KANDY: Having arrived in Sri Lanka with much optimism, Australia was dealt a major reality check when they were flummoxed by spin and crashed to a 106-run defeat in the first Test.
Resuming day five needing 185 to win at the Pallekele Stadium with seven wickets in hand, the world champions were dismissed for 161, leaving Steve Smith with his first loss in 12 Tests as skipper. It was Australia’s first Test defeat since last year’s Ashes series.
Veteran left-arm spinner Rangana Herath, 38, was the chief tormentor, claiming 5-54 (his 24th five-wicket haul) and nine for the match, while debutant Lakshan Sandikan, of the left-arm wrist variety, finished with 3-49.
But they were made to work hard when Peter Nevill and the injured Steve O’Keefe, batting with a strained hamstring which was to force him home, grimly fought on.
Eschewing any thoughts of scoring, they combined for four runs off 178 balls, including almost 23 straight maidens, in 97 minutes of resistance before Neville sparred at off-spinner Dhananjaya de Silva and was caught behind.
This was a Test which also put umpires Richard Kettleborough and Sundaram Ravi under immense strain as 15 wickets fell lbw – the most for a Test in Sri Lanka and the fifth most in Test history.
The series now heads to the picturesque city of Galle, with the Australians to be flown there by helicopter on Sunday.
It shapes as a time of reflection for the tourists, whose long-time foibles against quality spin bowling again haunted them. They have now only won one of their past 16 Tests on the sub-continent and have much work to do if they are to re-emerge in the three-Test series, resuming Thursday.
That they began this match in fine form, upending Sri Lanka for 117 in their first innings, would have only added to their frustration.
Smith had shaped as the potential match-winner on Saturday when he posted his 17th Test half-century but his dismissal on the cusp of lunch, deceived by a skidding delivery from Herath, was the match-turning moment. Sri Lanka needed three wickets after the break to claim victory. The last came half-an-hour before tea.
The hosts began the day believing the budding partnership between Adam Voges and Smith loomed as their biggest threat. They were able to nullify this not long after play had started 45 minutes late because of the threat of rain.
The manner of Voges’ dismissal, when he jammed a ball back to Herath, surprised himself, and surely most of the Sri Lankans, who had barely appealed the diving catch, thinking it had been a bump ball.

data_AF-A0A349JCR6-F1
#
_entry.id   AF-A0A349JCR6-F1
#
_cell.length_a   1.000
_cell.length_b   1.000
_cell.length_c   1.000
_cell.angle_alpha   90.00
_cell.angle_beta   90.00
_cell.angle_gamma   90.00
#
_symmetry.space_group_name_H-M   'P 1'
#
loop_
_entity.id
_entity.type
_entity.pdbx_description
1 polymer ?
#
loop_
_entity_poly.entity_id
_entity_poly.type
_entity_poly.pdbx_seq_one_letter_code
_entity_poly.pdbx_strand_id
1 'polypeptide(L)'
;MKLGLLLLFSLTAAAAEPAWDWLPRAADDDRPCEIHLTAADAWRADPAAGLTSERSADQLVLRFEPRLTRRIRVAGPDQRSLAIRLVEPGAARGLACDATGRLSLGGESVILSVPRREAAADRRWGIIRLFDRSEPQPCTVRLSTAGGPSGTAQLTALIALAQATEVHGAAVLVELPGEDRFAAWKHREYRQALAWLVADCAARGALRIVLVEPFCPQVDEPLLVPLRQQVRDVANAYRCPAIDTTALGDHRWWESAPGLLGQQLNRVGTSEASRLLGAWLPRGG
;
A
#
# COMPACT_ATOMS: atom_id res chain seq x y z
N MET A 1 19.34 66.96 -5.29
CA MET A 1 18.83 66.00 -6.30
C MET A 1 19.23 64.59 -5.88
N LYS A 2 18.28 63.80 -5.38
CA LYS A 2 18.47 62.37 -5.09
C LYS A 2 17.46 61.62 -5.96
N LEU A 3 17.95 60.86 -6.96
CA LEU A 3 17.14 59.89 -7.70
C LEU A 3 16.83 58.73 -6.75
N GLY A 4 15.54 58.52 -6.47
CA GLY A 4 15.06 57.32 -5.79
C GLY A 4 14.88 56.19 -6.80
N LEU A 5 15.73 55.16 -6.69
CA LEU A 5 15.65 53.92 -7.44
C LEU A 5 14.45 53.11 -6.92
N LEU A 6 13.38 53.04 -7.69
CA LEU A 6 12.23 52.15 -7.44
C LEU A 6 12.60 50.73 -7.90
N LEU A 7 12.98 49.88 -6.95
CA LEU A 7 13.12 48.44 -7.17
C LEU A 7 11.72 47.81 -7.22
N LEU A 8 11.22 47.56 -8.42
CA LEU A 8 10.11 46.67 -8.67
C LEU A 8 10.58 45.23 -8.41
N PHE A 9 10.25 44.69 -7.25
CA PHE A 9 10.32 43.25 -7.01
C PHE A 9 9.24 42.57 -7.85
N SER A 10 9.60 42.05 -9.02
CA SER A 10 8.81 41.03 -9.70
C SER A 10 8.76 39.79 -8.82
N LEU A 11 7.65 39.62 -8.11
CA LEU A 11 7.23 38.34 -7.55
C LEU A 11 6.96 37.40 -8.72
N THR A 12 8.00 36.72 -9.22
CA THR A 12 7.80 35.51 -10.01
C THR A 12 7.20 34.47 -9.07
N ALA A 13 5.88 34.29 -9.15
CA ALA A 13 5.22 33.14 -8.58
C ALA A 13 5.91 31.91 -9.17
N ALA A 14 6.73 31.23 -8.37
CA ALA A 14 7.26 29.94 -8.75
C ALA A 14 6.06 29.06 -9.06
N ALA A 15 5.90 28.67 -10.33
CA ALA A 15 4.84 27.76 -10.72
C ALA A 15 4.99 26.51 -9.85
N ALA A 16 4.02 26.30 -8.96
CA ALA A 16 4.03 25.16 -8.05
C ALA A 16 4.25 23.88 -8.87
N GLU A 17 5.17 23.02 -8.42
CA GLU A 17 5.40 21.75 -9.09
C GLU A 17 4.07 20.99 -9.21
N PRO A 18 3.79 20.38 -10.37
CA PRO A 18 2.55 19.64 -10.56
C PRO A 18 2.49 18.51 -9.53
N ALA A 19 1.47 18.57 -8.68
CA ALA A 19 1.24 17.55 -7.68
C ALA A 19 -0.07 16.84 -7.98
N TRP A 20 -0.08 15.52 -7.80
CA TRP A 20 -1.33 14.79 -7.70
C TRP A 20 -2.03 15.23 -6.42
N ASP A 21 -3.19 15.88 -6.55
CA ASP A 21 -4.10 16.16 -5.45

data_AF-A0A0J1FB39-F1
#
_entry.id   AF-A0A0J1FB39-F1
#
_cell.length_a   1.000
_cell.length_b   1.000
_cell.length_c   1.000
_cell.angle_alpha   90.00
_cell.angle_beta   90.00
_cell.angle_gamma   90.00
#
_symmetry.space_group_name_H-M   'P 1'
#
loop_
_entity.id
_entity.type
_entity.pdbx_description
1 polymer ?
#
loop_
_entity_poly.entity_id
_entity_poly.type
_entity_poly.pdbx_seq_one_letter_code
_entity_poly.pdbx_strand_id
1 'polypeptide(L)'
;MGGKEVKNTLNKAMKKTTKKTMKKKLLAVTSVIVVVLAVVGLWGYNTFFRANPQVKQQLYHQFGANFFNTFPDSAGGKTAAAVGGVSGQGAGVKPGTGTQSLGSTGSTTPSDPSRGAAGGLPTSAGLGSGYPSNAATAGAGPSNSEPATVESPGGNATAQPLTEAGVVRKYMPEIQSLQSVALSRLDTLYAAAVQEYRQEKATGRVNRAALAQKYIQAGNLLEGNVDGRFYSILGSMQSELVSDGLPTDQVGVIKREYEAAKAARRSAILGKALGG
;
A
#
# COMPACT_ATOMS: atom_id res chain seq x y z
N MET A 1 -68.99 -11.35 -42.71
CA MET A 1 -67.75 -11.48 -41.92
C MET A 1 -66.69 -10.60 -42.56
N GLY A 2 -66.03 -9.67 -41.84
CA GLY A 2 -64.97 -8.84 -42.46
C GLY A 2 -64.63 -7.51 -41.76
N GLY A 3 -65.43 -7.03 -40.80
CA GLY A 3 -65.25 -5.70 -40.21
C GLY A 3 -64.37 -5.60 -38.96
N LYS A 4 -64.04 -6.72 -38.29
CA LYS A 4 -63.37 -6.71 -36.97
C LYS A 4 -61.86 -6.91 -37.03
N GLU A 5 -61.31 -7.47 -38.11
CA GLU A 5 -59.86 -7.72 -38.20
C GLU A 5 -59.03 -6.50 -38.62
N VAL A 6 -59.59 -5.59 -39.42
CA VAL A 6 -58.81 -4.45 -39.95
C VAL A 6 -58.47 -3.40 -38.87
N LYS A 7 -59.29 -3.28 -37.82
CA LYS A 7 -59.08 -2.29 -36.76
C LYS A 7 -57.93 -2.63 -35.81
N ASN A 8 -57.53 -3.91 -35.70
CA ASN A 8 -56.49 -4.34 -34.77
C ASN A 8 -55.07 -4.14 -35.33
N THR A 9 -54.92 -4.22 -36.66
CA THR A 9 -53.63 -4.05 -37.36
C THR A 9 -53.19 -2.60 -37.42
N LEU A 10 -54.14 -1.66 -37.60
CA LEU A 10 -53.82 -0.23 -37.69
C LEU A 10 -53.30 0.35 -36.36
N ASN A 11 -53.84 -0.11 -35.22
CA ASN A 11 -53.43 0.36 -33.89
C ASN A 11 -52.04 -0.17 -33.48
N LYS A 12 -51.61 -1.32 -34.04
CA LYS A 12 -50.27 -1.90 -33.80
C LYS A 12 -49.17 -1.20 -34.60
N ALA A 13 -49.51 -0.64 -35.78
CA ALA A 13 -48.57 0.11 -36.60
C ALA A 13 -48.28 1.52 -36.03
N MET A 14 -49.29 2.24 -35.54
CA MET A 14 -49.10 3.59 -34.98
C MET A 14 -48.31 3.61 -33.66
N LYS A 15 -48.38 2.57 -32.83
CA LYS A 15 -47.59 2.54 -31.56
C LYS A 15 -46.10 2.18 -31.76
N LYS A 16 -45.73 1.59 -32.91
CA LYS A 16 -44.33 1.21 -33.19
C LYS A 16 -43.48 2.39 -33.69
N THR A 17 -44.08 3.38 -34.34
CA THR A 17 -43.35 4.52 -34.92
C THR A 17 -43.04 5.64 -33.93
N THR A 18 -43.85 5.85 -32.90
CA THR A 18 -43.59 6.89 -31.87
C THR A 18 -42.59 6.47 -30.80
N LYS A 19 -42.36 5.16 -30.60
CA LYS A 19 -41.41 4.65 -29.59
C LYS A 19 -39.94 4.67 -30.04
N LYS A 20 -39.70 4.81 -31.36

Even the veteran spinner had appealed to umpire Kettleborough in hushed, almost apologetic tones, rather than as a man who believed he had made a crucial incision.
Kettleborough then sought the counsel of his fellow umpire, and opted to review the call. Replays would show the ball had flown off the bottom of Voges’ angled bat and had not touched the ground.
Herath was given one more over before Sri Lankan captain Angelo Matthews then made the odd decision to remove his key weapon – a man who thrives on long spells.
Sandakan loomed as a difficult proposition, and he had a strong leg side field to attack the Australian skipper. Only three men were on the off-side – at slip, mid-off, and a deep point. This was done in order to seek a catch on the leg side from his stock ball, and even to tempt Smith into charging at Sandakan’s wrong-un, in the hope he would mistime an inside edge.
Smith continued to attack with his feet, following through on his pre-match declaration to try and subdue the spinners early in his innings.
Batting coach Stuart Law had called on Mitch Marsh to play his natural game, much as he did in the first innings with a composed 31 before he misread Sandakan’s wrong-un.
He began well, straight driving Herath for four. While his power game can be seen as a weakness, it will generate plenty of runs – regardless of the conditions.
Marsh and Smith appeared at ease against the off-spin of Dilruwan Perera and Dhananjaya de Silva, prompting Mathews to recall Herath after Smith had notched his half-century off 160 balls, with the one boundary.
Herath, the only Test cricketer still in action who made his debut in the 1990s, immediately rediscovered his tight line – as Marsh would find when a quicker delivery skidded in to his front pad. Umpire Ravi rejected the appeal but the television replay showed the ball would have hit halfway up middle stump.
As the pressure rose, four balls later Kettleborough was again proven wrong, this time when he agreed Smith, having found himself stuck on the crease, had tickled an edge behind off Sandakan. The captain immediately called for a review, and despite there being no hot-spot or snickometer in this series, replays were conclusive enough to show there had been a gap between bat and ball.
Herath, though, would provide the match-turning breakthrough in the next over when, again, a flat delivery skidded on and beat Smith’s bat. This time there was no doubt, and Australia’s hopes took another turn for the worst.